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GT nearly doubles exports in 2 years

In the 60 years since GT Manufacturing began building grain driers, the company has grown from a company that builds driers for American farmers to a company whose sales are now almost exclusively for exports overseas.

 

In the 60 years since GT Manufacturing began building grain driers, the company has grown from a company that builds driers for American farmers to a company whose sales are now almost exclusively for exports overseas.

What the company has done to be named one of five finalists for this year’s Kansas Exporter of the Year is remarkable, said Lyle Peterson, representing the Kansas Department of Commerce at Tuesday’s council meeting.

The company’s progress in just the last of couple of years in particular has been impressive, Peterson said.

From 2009 to 2010, GT increased foreign exports by 30 percent; and from 2010 to 2011, they increase those sales by 43 percent, Peterson said. The company now exports to 73 countries, up by 30 from just 10 years ago, and is still adding new countries. They’ve recently added to the include West Africa and the United Arab Emirates, which aren’t easy markets.

The company started exporting driers in 1962 and by 1992, 80 percent of their sales were in exports. Now that’s over 90 percent.

The company’s jump in exports isn’t the only reason they were considered for Exporter of the Year. Peterson said the company also added and retained jobs, has a record for innovation and implementing innovative strategies, has effectively utilized international distributors, is committed to the state, local and rural economies, and has prospects for future growth.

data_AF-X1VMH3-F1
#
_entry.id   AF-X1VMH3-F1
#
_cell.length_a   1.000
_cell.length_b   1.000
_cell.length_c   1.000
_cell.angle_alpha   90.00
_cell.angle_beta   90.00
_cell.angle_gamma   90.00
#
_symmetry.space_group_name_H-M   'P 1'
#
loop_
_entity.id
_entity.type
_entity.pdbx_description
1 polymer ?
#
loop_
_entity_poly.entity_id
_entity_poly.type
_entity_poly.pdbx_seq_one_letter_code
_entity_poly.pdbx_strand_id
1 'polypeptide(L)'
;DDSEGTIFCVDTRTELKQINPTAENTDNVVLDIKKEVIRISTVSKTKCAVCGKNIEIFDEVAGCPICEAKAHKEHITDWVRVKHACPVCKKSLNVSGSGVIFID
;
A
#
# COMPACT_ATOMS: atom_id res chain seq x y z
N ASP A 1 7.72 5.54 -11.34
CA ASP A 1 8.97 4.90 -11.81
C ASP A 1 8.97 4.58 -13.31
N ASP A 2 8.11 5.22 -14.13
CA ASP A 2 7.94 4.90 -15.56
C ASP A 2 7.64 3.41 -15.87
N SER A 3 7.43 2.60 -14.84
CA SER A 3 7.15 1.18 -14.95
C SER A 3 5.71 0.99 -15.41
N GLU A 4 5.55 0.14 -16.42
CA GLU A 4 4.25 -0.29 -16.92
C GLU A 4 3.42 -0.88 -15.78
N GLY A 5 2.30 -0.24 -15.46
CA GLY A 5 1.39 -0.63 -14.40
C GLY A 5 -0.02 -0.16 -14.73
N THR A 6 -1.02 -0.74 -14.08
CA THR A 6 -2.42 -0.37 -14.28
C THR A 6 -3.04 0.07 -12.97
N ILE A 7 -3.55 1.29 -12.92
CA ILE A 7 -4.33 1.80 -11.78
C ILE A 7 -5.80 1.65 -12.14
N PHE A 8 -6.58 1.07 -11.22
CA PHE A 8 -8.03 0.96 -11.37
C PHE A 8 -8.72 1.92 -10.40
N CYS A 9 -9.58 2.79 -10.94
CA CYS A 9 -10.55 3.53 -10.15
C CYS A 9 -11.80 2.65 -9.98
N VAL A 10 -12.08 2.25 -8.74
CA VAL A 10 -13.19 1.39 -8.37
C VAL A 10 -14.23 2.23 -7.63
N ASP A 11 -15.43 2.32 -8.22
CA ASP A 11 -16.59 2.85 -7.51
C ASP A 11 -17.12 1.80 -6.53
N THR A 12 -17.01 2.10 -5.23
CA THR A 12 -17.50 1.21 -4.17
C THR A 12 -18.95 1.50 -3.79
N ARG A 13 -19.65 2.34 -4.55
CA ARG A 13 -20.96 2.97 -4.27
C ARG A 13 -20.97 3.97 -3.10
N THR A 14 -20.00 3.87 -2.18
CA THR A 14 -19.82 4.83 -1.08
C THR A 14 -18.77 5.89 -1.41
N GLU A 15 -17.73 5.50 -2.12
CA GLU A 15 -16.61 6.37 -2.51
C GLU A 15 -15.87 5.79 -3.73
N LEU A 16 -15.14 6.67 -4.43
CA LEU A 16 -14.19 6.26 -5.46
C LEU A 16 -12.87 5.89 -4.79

They’ve also added to new products, including large capacity and fully automated driers.

GT President Dennis Pedersen told the city council that all they’ve accomplished is “the result of everyone working together” including the city, county and Economic Development Group.

“We finally got that five-story building down,” Pedersen said. “Without that, we would not have be able to do what we’ve done. We’ve increased our shipping capacity at least twice as much (because of that).”

GT owner Jim Sampson told the council very candidly that 20 years ago his intent was to close the company, but instead he pursued an opportunity to expand exports.

“I grow very slowly,” Sampson said. “I don’t expand beyond what I think I can go. As you can see, it took me 20 years to get to where we are today.”

Sampson said he has “other plans for the company” and intends to keep growing.

Following the council meeting, councilman Daton Hess thanked Sampson and Pedersen for making their part of Clay Center look better with the improvements and expansions the company made, particularly those by Dexter Park. Hess supported the demolition of the GT/Swift building that made it made possible for the company to expand south of Dexter Park.

Sampson said GT isn’t done with expansion at that site. He asked Hess if it was possible to open up part of Seventh Street along Dexter Park to more easily ship products out of that site.

Hess said he was confident the city and council would support any improvements GT wanted.

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